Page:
I don’t think it is any secret that I like a good courtroom drama; this is, in not small part, thanks to my mother who was always watching things like Crown Court, Rumpole Of The Bailey, and The Main Chance. In my list of favourite films there are four that feature dramatic courtroom scenes; Bridge Of Spies, Runaway Jury, A Few Good Men, and Kind Hearts And Coronets. In my wider film collection I also have To Kill A Mockingbird, 12 Angry Men, A Time To Kill, The Trial Of The Chicago 7, Denial, The Accused, and JFK among others. And, foremost amongst those others is, The Verdict.
Remember The Verdict? It came out way back in 1982.This still gives me a twinge in the lower back and makes my knees ache when I remember that it was over forty years ago that I sat in the cinema to watch it. It is an excellent film which was nominated for five Oscars; Best Picture, Best Actor (both lead and supporting), Best Director, and Best Adapted Screenplay. Well, back then it was called “Best Writing, Screenplay Based on Material from Another Medium” but it’s the same thing really. What a stroke of bad luck that it came out in 1982!
Also nominated for best picture were Gandhi, E.T. The Extra-Terrestrial, Missing, and Tootsie. I have to admit that I don’t recall Missing but I did see the other three and wasn’t really surprised when Gandhi won it. Gandhi also spoiled the party for Paul Newman and Sidney Lumet. An Officer And A Gentleman and Louis Gossett Jr took the Supporting Actor gong away from James Mason while the aforementioned Missing scooped up the Best Adapted Screenplay award. Ah well, c’est comme ça!
I suppose, at this point, I should say what The Verdict is all about. Frank Galvin (Paul Newman/Jason Merrells) is a lawyer in the heart of Boston. As a high flyer he was taken on by the city’s most prestigious law firm, a position aided by a ‘political’ marriage. He butted heads with the partners over a matter of principal; he wanted to do the right thing, while they wanted to get the biggest pay out. As a result he ended up divorced, unemployed, and very nearly disbarred. He is also an alcoholic. One has to assume that all those events are intertwined. As a result, he now scrapes a living as an “ambulance chaser” and has only had a handful of cases in years.
Those Ambulances Won’t Chase Themselves
A friend of his Mickey Morrissey/Moe Katz (Jack Warden/Vincent Pirillo) gets him a medical negligence case which should be settled out of court for $210,000. In the book this amount is significant and is known as a “guzinta” because Frank takes a third of the award as his fee and three goes into 210,000 exactly. However, Frank decides to go and visit the negligence victim and decides not to settle but to fight for justice and a higher amount for the victim who was put into a persistent vegetative state by an incorrectly administered anaesthetic.
Frank decides to go up against the church maintained hospital, the church itself, the doctors, a top notch defence lawyer, and an unfriendly judge. As is usual, this is the point when I stop because of incipient spoilerdom. However, anyone who’s ever seen an underdog film knows which way the the cookie crumbles. Plus the fact that everyone knows that there’s a result in every court case so it has to be a win, lose, or draw. And, frankly, draw is a pretty rare occurrence so we’re looking at a fifty/fifty outcome.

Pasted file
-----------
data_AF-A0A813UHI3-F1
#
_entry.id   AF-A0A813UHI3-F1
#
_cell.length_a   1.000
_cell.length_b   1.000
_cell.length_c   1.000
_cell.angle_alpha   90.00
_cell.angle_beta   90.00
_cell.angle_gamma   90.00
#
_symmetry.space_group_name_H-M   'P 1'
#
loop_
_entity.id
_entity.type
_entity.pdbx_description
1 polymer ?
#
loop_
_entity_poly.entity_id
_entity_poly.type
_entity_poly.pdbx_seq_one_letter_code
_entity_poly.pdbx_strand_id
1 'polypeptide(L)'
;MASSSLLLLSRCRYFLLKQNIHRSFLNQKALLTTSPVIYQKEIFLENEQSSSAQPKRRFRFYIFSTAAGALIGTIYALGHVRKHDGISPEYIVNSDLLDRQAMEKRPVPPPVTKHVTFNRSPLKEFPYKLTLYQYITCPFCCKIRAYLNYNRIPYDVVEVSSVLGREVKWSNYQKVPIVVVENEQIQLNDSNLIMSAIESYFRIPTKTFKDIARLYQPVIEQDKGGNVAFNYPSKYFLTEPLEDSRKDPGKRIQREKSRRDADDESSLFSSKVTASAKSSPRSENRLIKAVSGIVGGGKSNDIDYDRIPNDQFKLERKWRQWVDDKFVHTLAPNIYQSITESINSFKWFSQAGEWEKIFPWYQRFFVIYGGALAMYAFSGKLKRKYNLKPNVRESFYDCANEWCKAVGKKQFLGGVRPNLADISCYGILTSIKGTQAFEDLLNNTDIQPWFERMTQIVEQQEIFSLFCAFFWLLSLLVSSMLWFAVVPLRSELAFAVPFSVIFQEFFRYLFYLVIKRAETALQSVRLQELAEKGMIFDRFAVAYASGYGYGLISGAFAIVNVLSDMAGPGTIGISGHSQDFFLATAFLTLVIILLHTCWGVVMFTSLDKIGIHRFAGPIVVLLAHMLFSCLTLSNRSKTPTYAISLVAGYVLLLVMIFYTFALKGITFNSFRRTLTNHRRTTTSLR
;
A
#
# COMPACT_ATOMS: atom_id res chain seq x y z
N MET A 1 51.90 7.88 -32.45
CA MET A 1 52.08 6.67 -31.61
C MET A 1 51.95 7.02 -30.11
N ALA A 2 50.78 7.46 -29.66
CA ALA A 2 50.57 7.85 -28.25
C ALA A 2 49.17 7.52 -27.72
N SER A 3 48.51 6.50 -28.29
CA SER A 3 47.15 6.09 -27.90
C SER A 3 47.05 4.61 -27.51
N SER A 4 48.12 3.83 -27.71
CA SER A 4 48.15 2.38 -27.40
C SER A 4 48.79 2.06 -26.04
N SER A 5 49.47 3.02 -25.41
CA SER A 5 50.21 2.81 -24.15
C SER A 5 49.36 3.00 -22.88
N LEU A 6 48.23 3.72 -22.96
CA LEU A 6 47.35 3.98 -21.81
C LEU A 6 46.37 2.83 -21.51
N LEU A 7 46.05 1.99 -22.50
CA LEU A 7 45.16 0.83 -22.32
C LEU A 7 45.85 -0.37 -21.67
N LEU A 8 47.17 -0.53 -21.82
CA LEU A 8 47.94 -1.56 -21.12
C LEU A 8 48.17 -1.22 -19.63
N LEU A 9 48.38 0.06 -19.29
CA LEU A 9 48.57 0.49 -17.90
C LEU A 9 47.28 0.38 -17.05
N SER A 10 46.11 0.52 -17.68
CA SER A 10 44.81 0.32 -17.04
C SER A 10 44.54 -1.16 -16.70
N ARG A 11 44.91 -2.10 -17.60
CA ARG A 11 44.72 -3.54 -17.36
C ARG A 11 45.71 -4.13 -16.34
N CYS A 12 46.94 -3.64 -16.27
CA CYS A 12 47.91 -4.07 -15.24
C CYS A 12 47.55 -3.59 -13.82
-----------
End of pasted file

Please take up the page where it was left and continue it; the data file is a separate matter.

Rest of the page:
I’ve Seen Every Version…
As I said earlier, I saw The Verdict in the cinema on release. Since then I’ve seen it a fair few times. I bought a copy on VHS for my mother. Oh, younglings, VHS is what we used before DVD, Blu-Ray, or even the Cloud was thought of let alone invented. I think I replaced it with a DVD when she upgraded her audio-visual equipment. It’s one of those titles which I’ve bought in all media; VHS, DVD, Blu-Ray, and download. Throw in that I also saw it on the cinema and watched it on TV then I think I’ve pretty much ticked off every box on that particular list.
Or so I thought! I’ve mentioned about my local live entertainment venue, the Floral Pavilion, and I got their latest brochure. What should be in there but a stage production of, yes, The Verdict! Obviously, I booked tickets straight away! It may sound odd but I do have favourite seats; C12 and C13. I’m not huge, you understand, but I do usually go with either my wife or daughter. They are near enough to the front to see every detail and hear every word but not so close that you have to lean back to see over the apron. They are also adjacent to the aisle so I can stretch out my legs.
The thing that I was most keen to see is what changes had to be made to get the story across. I’ll admit that the usual transference that I’ve seen is from TV to film or vice versa. But a move to theatre is totally different. With TV and film you can quickly cut between scenes. So, in The Verdict (film), you can quickly jump from Frank’s office, to the bar, to the hospital, to the courtroom, to his flat and so on and so forth. Quick cuts aren’t easily managed on the stage. The script has to be written so that locations are used for a reasonable amount of time.